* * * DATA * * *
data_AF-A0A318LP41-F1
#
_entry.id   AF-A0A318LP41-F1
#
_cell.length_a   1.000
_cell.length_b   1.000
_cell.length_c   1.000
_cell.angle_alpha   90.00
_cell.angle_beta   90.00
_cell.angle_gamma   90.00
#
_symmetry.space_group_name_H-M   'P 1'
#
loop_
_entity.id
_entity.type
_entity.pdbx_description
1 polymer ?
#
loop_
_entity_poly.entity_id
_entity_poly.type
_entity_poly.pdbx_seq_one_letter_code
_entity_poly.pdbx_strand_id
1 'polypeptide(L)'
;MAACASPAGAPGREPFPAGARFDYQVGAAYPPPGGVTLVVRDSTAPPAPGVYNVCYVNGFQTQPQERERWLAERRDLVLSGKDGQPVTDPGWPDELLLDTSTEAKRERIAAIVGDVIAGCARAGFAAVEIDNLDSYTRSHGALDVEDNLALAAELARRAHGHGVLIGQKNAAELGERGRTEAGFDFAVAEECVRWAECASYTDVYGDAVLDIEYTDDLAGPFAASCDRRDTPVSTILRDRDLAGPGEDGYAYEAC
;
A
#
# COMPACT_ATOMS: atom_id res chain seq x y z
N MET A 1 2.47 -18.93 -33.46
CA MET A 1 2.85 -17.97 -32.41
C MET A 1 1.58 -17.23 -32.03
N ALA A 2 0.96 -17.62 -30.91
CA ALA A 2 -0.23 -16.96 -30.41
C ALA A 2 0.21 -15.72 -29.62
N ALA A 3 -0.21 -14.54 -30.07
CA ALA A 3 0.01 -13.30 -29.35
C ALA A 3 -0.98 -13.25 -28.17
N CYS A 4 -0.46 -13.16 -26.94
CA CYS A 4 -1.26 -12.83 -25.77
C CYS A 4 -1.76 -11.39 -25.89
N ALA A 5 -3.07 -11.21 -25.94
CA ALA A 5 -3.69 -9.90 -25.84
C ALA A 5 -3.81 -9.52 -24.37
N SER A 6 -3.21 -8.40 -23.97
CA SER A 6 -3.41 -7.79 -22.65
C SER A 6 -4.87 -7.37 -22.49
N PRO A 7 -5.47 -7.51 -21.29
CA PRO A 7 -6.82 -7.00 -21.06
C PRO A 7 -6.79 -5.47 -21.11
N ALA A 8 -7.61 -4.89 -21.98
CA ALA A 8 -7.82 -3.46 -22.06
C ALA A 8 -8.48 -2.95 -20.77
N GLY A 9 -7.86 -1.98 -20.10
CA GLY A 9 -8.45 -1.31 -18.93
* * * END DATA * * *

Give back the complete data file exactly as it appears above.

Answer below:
data_AF-A0A318LP41-F1
#
_entry.id   AF-A0A318LP41-F1
#
_cell.length_a   1.000
_cell.length_b   1.000
_cell.length_c   1.000
_cell.angle_alpha   90.00
_cell.angle_beta   90.00
_cell.angle_gamma   90.00
#
_symmetry.space_group_name_H-M   'P 1'
#
loop_
_entity.id
_entity.type
_entity.pdbx_description
1 polymer ?
#
loop_
_entity_poly.entity_id
_entity_poly.type
_entity_poly.pdbx_seq_one_letter_code
_entity_poly.pdbx_strand_id
1 'polypeptide(L)'
;MAACASPAGAPGREPFPAGARFDYQVGAAYPPPGGVTLVVRDSTAPPAPGVYNVCYVNGFQTQPQERERWLAERRDLVLSGKDGQPVTDPGWPDELLLDTSTEAKRERIAAIVGDVIAGCARAGFAAVEIDNLDSYTRSHGALDVEDNLALAAELARRAHGHGVLIGQKNAAELGERGRTEAGFDFAVAEECVRWAECASYTDVYGDAVLDIEYTDDLAGPFAASCDRRDTPVSTILRDRDLAGPGEDGYAYEAC
;
A
#
# COMPACT_ATOMS: atom_id res chain seq x y z
N MET A 1 2.47 -18.93 -33.46
CA MET A 1 2.85 -17.97 -32.41
C MET A 1 1.58 -17.23 -32.03
N ALA A 2 0.96 -17.62 -30.91
CA ALA A 2 -0.23 -16.96 -30.41
C ALA A 2 0.21 -15.72 -29.62
N ALA A 3 -0.21 -14.54 -30.07
CA ALA A 3 0.01 -13.30 -29.35
C ALA A 3 -0.98 -13.25 -28.17
N CYS A 4 -0.46 -13.16 -26.94
CA CYS A 4 -1.26 -12.83 -25.77
C CYS A 4 -1.76 -11.39 -25.89
N ALA A 5 -3.07 -11.21 -25.94
CA ALA A 5 -3.69 -9.90 -25.84
C ALA A 5 -3.81 -9.52 -24.37
N SER A 6 -3.21 -8.40 -23.97
CA SER A 6 -3.41 -7.79 -22.65
C SER A 6 -4.87 -7.37 -22.49
N PRO A 7 -5.47 -7.51 -21.29
CA PRO A 7 -6.82 -7.00 -21.06
C PRO A 7 -6.79 -5.47 -21.11
N ALA A 8 -7.61 -4.89 -21.98
CA ALA A 8 -7.82 -3.46 -22.06
C ALA A 8 -8.48 -2.95 -20.77
N GLY A 9 -7.86 -1.98 -20.10
CA GLY A 9 -8.45 -1.31 -18.93